From what I've read, you can back up an entire partition like this:

dd if=/dev/sda1 of=/media/external/backup

Can anyone tell me if I need to worry about files being changed while doing this? Could it be that some critical system file might get changed during the dd operation and then when you want to restore the backup, it won't work?

I'm on Ubuntu 12.04.

  • Generally the device you want to backup should be unmounted before further processing since it is possibly that not everything in the buffer is written to the storage medium. To reduce the risk of a corrupted backup you can run sync before but it is not advisable. – user1146332 Sep 17 '12 at 14:28
  • Is it possible to unmount /dev/sda1 even if it is the partition where Linux is installed? – Magnus Sep 17 '12 at 14:30
  • The usual way to backup the root partition is to boot from another partition or another medium (rescue disc, usb stick, tape, etc.) and start the backup from there. I recommend further to take a look at fsarchiver. It's a file based backup tool and you can restore the backup on another partition that is at least equally sized. dd in contrast is sector based and you can restore the data only on partitions that equals the source partition of the backup (equal amount of sectors). – user1146332 Sep 17 '12 at 14:36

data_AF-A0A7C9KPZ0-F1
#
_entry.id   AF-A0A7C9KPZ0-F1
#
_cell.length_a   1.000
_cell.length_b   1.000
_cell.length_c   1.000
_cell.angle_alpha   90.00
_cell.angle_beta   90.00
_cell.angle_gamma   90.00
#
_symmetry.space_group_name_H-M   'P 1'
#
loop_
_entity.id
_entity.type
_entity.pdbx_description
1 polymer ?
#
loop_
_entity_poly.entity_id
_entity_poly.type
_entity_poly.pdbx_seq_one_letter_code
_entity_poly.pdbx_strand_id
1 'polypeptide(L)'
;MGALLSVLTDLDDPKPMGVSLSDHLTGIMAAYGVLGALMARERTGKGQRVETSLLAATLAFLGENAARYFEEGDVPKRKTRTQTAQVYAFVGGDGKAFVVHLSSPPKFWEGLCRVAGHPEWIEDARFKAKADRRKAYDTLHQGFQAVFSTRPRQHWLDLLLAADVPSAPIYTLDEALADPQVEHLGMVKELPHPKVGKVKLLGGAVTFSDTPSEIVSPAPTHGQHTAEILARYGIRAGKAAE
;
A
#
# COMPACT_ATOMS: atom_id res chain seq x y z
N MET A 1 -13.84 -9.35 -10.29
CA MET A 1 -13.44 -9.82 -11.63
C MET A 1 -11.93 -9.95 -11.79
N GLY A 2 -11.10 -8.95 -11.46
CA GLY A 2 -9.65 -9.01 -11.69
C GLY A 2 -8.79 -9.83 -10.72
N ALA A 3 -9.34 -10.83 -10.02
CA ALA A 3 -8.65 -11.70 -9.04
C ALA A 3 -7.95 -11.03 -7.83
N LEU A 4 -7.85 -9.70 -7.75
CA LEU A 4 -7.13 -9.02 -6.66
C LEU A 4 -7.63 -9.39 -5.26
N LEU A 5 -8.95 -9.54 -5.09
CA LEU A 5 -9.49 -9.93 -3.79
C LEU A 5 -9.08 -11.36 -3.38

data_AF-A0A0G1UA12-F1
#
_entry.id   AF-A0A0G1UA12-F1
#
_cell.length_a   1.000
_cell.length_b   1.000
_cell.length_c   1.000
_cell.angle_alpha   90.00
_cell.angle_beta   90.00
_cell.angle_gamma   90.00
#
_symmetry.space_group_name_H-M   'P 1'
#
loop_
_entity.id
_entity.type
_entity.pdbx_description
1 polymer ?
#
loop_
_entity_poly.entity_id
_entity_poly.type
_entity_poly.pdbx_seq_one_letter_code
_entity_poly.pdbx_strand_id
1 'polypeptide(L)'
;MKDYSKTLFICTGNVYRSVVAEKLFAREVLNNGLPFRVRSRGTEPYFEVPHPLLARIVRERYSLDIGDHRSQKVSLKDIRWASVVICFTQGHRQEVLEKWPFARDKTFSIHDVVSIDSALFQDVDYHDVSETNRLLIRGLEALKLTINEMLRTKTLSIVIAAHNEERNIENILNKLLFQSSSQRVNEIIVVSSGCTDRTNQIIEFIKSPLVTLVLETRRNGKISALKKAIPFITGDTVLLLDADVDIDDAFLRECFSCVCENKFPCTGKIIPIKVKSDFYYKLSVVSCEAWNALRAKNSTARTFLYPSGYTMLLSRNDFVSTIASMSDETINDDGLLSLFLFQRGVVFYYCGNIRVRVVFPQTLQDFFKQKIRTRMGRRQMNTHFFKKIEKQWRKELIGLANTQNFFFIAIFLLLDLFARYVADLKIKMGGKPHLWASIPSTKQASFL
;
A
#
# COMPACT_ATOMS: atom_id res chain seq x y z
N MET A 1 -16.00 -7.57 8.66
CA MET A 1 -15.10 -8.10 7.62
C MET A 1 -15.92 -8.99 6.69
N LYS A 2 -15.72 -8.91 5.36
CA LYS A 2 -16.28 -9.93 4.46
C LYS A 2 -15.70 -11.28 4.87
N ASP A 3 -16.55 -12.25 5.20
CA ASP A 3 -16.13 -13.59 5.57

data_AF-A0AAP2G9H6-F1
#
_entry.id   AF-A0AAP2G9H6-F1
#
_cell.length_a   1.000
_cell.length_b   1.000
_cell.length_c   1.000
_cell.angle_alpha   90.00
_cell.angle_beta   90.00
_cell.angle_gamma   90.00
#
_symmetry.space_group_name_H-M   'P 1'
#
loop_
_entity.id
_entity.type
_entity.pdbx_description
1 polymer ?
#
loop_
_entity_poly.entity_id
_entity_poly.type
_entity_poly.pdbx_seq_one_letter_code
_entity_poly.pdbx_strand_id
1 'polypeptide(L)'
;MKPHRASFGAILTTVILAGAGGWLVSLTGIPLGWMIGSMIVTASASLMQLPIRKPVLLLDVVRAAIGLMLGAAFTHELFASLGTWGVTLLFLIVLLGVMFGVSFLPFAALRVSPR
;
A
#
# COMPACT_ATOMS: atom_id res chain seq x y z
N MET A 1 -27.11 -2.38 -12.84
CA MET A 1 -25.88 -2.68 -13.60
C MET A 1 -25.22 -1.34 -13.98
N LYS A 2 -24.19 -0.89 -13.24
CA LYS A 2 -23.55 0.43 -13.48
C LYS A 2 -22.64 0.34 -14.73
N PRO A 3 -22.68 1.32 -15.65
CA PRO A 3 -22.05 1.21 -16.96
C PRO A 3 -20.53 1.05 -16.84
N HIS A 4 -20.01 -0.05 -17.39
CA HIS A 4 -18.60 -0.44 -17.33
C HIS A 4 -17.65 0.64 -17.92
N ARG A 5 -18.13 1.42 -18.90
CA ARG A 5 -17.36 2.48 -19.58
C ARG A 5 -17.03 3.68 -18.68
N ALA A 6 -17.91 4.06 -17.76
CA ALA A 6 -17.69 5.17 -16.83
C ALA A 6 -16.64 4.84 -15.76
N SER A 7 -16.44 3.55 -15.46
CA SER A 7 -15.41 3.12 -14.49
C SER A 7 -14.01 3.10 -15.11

Unfortunately this may not be safe when filesystem you are backing up like this is mounted. Consider such situation:

  • Your backup is half way done (i.e. first half of partition is already written to backup file.

  • Now you (or some program) make a copy of a file that happens to be located on the other half of partition. Filesystem knows nothing about you backup process but it decides that there is some space left at the beginning of partition and this is where your copy of file is made. Obviosly, your backup won't contain this file.

  • Now since you think you have a copy of this file, you decide you don't need original file and deletes it. And right after that, your backup process comes to the place where this file was and write information to the backup file that this file was deleted.

As you might expect, you end up without any copy of this file in your backup. That's just an example and it isn't worst thing that could happen.

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